I’d been working on Dick Bellamy’s biography for six years when he visited me in a dream. I was walking across a stretch of vacant land near the Hudson River with a group of people who all knew him. Suddenly, Dick appeared, about a hundred feet ahead. He stooped down to pick up something from the ground and waved it at us, grinning. It looked like a floppy inner sole. By the time we reached the patch where he’d been standing, he was nowhere in sight. Looking down, I saw several of what I thought were pliable soles, partially buried. But when I pulled one free I discovered it was a half mask. I don’t know how many I gathered before I awoke.
I wondered what might have fueled my dream machine, and raked my mind for possibilities. I’d been told that Dick’s earliest childhood memory was the sight of his tracks in new snow. These footprints became material objects in my dream. How ingenious of my subconscious to pun with their resemblance to half masks. In my waking hours, I was hard at work tracking Dick’s steps through time, trying to unmask a man who lived life as an ongoing performance.
It would be seven more years before Dick paid me another nighttime visit, and this one put me to the test. I was seated on a couch in a well-appointed lounge area—a hotel? —and out of the blue, there was Dick, smiling as he walked into the room. He sat down on my couch, at the opposite corner. He was hale and hearty and in good spirits. As we began to talk, I noticed a growing wet spot on his pants, and I saw urine soaking into the upholstery. I remember thinking to myself: “this must be some kind of a test. Try not to react. He wants to see if I will keep my cool.”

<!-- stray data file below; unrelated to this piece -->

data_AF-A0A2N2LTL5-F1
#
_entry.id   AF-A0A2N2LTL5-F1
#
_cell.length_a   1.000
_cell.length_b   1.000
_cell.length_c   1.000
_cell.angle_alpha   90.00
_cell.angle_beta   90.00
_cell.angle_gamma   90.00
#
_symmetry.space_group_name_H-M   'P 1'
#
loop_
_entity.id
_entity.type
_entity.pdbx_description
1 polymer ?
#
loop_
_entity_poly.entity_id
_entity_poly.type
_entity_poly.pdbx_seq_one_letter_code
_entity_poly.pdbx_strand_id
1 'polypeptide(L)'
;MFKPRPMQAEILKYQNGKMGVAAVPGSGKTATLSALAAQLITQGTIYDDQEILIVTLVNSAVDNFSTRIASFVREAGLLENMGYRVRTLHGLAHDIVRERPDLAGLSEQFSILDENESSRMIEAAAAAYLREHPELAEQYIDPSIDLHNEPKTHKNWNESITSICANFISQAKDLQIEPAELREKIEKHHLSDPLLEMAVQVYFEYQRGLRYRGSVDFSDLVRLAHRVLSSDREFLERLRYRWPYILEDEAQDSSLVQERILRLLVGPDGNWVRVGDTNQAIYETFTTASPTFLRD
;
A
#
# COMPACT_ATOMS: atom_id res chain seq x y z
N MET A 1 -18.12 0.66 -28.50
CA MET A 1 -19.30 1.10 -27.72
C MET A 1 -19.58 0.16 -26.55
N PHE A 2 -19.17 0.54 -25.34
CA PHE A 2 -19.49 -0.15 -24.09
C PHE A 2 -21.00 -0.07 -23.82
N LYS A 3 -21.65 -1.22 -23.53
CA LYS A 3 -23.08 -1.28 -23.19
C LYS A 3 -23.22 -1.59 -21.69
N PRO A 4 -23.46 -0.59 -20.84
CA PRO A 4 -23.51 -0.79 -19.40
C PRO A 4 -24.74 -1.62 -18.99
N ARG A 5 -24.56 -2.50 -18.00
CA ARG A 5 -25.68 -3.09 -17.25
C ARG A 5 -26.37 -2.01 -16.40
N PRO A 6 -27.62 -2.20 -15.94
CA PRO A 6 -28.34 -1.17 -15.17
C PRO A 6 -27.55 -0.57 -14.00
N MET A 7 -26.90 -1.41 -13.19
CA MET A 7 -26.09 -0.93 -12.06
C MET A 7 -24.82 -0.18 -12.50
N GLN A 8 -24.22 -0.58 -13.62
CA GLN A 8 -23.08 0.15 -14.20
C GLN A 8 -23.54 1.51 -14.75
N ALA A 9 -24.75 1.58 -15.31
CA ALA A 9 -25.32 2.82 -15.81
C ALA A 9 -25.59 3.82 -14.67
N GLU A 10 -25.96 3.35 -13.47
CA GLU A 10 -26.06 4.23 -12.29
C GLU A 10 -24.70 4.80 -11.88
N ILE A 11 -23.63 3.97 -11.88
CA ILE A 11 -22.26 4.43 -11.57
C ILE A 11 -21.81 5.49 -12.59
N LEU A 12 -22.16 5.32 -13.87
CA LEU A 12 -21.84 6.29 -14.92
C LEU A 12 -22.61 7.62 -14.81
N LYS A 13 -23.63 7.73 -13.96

Dick seemed to live a life without rules. He could be thoughtlessly, devilishly rude, and would try the patience of his friends. Alfred Leslie recounted a time when he was checking into a fancy hotel and Dick accompanied him into the lobby. Dick had removed his dentures, and was all smiles as he flashed his toothless gums. To make Alfred even more uncomfortable, Dick had picked up a smelly bag of garbage on the way in, and stood at the desk with it slung over his shoulder. Alfred did his best to ignore the provocation. Dick didn’t believe in handkerchiefs. Artist Tina Spiro long remembered the studio visit when he’d arrived with a bad cold. As he bent over her unframed watercolor, a blob dripped onto the paper. She quickly cleaned it off with a tissue as he effusively apologized. No harm was done—she’d varnished the surface. But still. Dick was a one-of-a-kind in his personal as well as his professional life, and I early on understood that as his biographer I had to integrate into my narrative what his friend David Whitney described as Dick’s “bad side.”
It was artist Richard Nonas who suggested to me that Dick resembled Coyote, the culture-giving trickster in Native American mythology—eccentric, delightful, and gross, a shadowy figure with a capacity for intense pain, and the rare gifts of intuition. In the course of my decades of research, I heard beguiling and unpleasant stories, and I stuffed as many as I could into my first draft. My editors helped me to find a balance that would not overwhelm my readers. As I worked to slim down the manuscript, some wonderful material fell to my cutting room floor. In the weeks preceding the July publication of Eye of the Sixties, Richard Bellamy and the Transformation of Modern Art, I’ll be posting some of the fascinating stories about Dick Bellamy and his world that didn’t make it into the book.